While most of us depend on major carriers for cell phone service, it is now possible to create small GSM networks for relatively little expense using parts that can be found at many hardware stores. Within these networks callers can communicate between handsets on a local level, and on an internet-enabled system calls can be made over VoIP.
Users savvy enough to attempt this feat can do so with the help of OpenBTS systems, who created the project as a means to provide cellphone service in areas without the proper infrastructure. So far it has been implemented on the South Pacific island of Niue and at the Burning Man Festival in Black Rock Desert, Nevada.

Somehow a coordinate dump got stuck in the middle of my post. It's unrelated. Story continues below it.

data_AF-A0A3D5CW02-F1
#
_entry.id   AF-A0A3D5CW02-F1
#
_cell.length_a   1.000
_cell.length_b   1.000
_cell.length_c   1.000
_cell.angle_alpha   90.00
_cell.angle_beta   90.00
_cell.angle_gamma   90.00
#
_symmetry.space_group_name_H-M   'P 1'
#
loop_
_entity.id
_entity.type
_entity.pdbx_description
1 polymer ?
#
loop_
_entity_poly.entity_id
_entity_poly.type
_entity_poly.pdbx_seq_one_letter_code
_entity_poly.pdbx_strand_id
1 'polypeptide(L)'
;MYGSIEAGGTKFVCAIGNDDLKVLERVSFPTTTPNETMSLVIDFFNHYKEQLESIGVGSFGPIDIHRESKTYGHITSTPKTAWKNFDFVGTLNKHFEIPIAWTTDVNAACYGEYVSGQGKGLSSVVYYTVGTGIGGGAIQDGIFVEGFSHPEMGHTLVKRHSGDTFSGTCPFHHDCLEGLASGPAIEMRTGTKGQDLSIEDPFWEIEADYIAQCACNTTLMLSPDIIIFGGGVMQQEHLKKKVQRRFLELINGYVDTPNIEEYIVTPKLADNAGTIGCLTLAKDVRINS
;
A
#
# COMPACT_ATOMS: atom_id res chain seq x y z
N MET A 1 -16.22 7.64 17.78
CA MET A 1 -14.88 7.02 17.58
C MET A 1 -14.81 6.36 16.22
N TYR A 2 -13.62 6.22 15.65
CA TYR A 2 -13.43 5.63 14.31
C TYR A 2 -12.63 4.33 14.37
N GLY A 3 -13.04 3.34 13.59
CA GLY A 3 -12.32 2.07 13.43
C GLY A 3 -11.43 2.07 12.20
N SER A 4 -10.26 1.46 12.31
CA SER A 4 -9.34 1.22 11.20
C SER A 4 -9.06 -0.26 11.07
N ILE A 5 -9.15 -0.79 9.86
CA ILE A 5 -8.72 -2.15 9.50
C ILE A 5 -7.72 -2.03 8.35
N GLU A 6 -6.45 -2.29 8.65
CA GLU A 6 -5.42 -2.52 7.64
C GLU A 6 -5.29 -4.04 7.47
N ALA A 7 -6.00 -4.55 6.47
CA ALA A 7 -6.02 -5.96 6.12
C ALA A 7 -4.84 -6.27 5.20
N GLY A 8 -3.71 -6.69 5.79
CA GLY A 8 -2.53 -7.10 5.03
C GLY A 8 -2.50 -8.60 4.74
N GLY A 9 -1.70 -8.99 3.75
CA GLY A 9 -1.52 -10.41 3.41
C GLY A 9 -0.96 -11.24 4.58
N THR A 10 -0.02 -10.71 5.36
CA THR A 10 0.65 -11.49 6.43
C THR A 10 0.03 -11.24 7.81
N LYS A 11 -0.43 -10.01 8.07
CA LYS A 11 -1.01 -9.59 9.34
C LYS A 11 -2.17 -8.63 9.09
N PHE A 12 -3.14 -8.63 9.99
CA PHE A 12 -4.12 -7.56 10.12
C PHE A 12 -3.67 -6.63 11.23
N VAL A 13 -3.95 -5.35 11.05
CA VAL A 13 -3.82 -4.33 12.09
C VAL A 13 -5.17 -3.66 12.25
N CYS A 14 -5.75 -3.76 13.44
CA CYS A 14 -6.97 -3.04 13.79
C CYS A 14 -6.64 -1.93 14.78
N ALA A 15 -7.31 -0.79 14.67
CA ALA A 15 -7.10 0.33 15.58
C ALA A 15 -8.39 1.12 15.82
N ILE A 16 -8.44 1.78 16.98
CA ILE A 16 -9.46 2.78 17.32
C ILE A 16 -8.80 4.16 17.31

The system can operate with the aid of a basic PC setup running an open-source software called Asterisk, can be powered by batteries normally used in boating and requires a simple universal software radio peripheral for connection. And by recreating the technology used in the global GSM network, OpenBTS is compatible with most consumer handsets. However, how this kind of "DIY" network solution affects the security of the data being transmitted remains to be seen.